This coming year the textbook for the course is Colin Barker et al., Marxism and social movements. Sample chapters from the book can be found online here (introduction, here (Alf Nilsen), here (Elizabeth Humphrys and Colin Barker), here (Alf and Laurence Cox), and here (Laurence). All authors have the right to post their chapters online so more are probably available with a bit of searching! (NB if you are buying the book that there is a much cheaper paperback version available from the US activist publishers Haymarket.)

A lot of relevant material may not be available online. Some selections which are include:
Kirk Helliker, "The state of emancipation", online here
E.P. Thompson, introduction to The Making of the English Working Class
Debate with David Harvey in Interface 2/1, starting p. 243
Online resource for power analysis for social change here
Jo Freeman, The Tyranny of Structurelessness, available here
Marion Young, “Activist challenges to deliberative democracy”, available online here

Some of the selections below may be available online; others are sufficiently "classic" to be found in public libraries etc.
Murray Bookchin, Post-Scarcity Anarchism or Toward an Ecological Society, ch. 1
William Carroll’s piece “Crisis, movements, counter-hegemony” in Interface 2/2
Patricia Hill Collins, Black Feminist Thought, ch. 12
Silvia Federici, Caliban and the Witch, ch. 1
Michel Foucault, The Essential Works of Foucault, 1954-1984: Power
Uri Gordon, Anarchy Alive!, ch. 3
John Holloway, Change the World Without Taking Power, ch. 3
George Lakey, Powerful Peacemaking: A Strategy for a Living Revolution (1987 edition), ch. 2
Steven Lukes, Power: a radical view
Lummis, C.D, Radical Democracy.
Herbert Marcuse, One-Dimensional Man, ch. 1
C. Wright Mills, The power elite
Starhawk, Truth or Dare: Encounters with power, authority and mystery, ch. 1
Willie Thompson, The left in history

Equality and social justice (core module)
We will be covering a range of themes in this module ranging from theories of equality and social justice; why love, care and solidarity are important; and utopias. If you would like to do some general introductory reading on the subject of Equality over the summer then you might want to read John Baker (2006) “Equality” in Healy, S., Reynolds, B. and Collins, M. L. (eds). Social Policy in Ireland : principles, practice and problems, 2nd ed. Available here. If you’d like to go beyond that here’s a list put together by those of us teaching on the module – all, some, or none of which you might find interesting to read!

Lynch, Kathleen (2010) ‘From a Neo-Liberal to an Egalitarian State: Imagining a Different Future’, 2010 TASC Annual Lecture. Available here
Noddings, N. (2005) 'Caring in education', The encyclopedia of informal education. Available here
Nussbaum, M. and A. Sen (1993) The Quality of Life. Oxford: Clarendon Press. Preview available here
Feeley, Maggie (2007) ‘Redefining Literacy from an Egalitarian Perspective’ in The Adult Learner 2007 AONTAS: Dublin. Available here
Freire, Paulo (1993) Pedagogy of the Oppressed. New York: Continuum Books.
Freire, Paulo (1994) Pedagogy of Hope. New York: Continuum Books.
Wilkinson, R. and K. Pickett 2010 The Spirit Level: Why Equality is Better for Everyone [links and web presentations available under resources tabs on bottom left side of this page
Parker, M. (2002) Utopia and Organization:
-Parker, M. Utopia and the Organizational Imagination: Outopia
-Fournier, V. Utopianism and the cultivation of possibilities
-Parker, M. Utopia and the Organizational Imagination: Eutopia
LeGuin, U. (1976) Introduction to The Left hand of Darkness
Harvey, D. (200) Spaces of Hope:
-Spaces of Utopia
-Of bees, architects and ‘species being’
Russell, B. (1932 / 2004) ‘In Praise of Idleness’
Extracts from The Faber Book of Utopias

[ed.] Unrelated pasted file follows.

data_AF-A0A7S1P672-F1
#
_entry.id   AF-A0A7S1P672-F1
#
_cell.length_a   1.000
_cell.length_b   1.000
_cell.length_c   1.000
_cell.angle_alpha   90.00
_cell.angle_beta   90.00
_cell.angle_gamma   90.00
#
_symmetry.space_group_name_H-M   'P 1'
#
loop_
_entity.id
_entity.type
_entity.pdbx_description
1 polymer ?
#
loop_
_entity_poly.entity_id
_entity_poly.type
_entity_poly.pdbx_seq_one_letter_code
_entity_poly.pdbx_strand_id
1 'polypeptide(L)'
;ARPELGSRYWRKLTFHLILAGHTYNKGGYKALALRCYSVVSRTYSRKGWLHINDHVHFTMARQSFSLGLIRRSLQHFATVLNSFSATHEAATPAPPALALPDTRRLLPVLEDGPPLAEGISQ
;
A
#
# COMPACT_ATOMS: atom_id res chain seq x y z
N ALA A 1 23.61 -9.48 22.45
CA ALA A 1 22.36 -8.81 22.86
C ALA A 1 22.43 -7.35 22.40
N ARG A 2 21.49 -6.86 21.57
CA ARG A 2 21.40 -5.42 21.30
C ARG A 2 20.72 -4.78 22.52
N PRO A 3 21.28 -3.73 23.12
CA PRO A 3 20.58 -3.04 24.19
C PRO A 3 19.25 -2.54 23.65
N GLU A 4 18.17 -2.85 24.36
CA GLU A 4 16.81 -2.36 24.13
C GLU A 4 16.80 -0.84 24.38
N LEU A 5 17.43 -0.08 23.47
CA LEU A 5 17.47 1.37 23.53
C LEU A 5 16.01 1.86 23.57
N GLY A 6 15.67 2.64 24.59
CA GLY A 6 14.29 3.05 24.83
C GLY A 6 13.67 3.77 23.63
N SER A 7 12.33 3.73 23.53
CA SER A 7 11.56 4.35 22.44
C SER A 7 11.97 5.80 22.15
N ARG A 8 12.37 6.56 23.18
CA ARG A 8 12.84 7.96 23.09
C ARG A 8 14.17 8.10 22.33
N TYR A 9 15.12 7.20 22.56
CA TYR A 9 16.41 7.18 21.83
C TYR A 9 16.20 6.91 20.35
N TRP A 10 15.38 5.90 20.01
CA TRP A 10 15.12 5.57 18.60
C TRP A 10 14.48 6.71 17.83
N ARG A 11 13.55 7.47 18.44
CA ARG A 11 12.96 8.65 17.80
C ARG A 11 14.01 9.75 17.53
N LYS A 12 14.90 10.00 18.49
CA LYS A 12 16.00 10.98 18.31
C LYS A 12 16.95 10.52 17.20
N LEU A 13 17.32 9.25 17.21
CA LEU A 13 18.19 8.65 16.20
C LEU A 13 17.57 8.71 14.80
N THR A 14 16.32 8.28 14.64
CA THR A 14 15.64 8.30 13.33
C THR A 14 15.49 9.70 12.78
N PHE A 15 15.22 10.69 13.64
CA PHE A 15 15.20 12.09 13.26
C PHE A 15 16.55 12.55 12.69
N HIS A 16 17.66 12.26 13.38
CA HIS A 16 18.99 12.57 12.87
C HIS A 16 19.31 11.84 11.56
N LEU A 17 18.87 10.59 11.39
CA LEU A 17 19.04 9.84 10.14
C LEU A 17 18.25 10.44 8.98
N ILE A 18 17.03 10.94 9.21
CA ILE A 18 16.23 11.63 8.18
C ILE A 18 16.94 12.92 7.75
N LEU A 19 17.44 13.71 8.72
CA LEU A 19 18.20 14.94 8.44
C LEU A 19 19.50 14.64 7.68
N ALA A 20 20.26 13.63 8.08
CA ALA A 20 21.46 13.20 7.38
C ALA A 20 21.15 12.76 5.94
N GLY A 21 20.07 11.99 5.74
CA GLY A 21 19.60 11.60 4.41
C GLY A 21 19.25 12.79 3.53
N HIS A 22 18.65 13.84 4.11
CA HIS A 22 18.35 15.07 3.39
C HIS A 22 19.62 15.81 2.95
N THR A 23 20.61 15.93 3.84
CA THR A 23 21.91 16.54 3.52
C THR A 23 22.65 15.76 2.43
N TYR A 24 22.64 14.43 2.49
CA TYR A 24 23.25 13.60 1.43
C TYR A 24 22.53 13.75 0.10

Perkins Gilman, C. (various) Herland plus selections from Women and Economics
Paine, T. (various) The Rights of Man
Wollstonecraft, M. (various) Vindication of the Rights of Women
Marx, K. Engels, F. (various) The Communist Manifesto

Eisenstein, Hester (2009) Feminism Seduced: How Global Elites Use Women’s Labor and Ideas to Exploit the World

Dark Star Collective (2002) Quiet Rumours. AK Press.
Verloo M. (2006) Multiple Inequalities, intersectionality and the European Union, European Journal of Women’s Studies . 13:211-28. (to give you an idea of how the state gets it wrong!)

Feminist theory and practice (core module)
For those with no background at all in the area we recommend Rosemarie Tong, Feminist thought: a more comprehensive introduction. Otherwise we suggest Alison Jaggar, Feminist politics and human nature. Some of the themes covered in the module include sexuality, women and work, feminist and women’s activism, masculinities, and feminist ways of knowing. The following are a small section of some of the readings that have been used in the module this year and will certainly relate to what is covered in 2011-12.

Combahee River Collective (1977). “A Black Feminist Statement” in Wendy Kolmar, Frances Bartkowski Feminist Theory: A Reader. pp. 272-277
Rosenberg, Jessica and Gitana Garofalo (1998) “Riot Grrrl: Revolutions from within”Signs 23(3): 809-841
Ryan, Anne Feminist Ways of Knowing. NIACE, Leicester, (2001)
Stanley, Liz and Sue Wise (1993) Breaking out Again. London: Routledge.
Whitehead, S. Barrett, F. J. (2001) The Masculinities Reader
-Westwood, S. Feckless Fathers: Masculinities and the British State
There are a number of novels you might find interesting as summer reading including Margaret Atwood’s The Handmaid’s Tale, Arundhati Roy’s The God of Small Things and Marge Piercy’s Woman on the Edge of Time which also touch on many of the debates we’ll cover in the module .
Full syllabus from 2010-11 available upon request.
Critical media and cultural pedagogy in communities (elective)
Some readings on participative media, arts and culture which will hopefully give you a flavour of the thinking that we’ll be exploring in this optional module. We’d like much of the work in this module to be a collaborative co-creation between staff and students, so it’s been hard to choose readings. Instead, I’ve just selected some readings that inspired us in the design of the course:

  • AONTAS special issue on arts available here
  • Fenton, N 2009 ‘Has the Internet changed how NGOs work with established media? Not enough’, Special Report: NGOs and the News on The Nieman Journalism Lab, Harvard University. Available here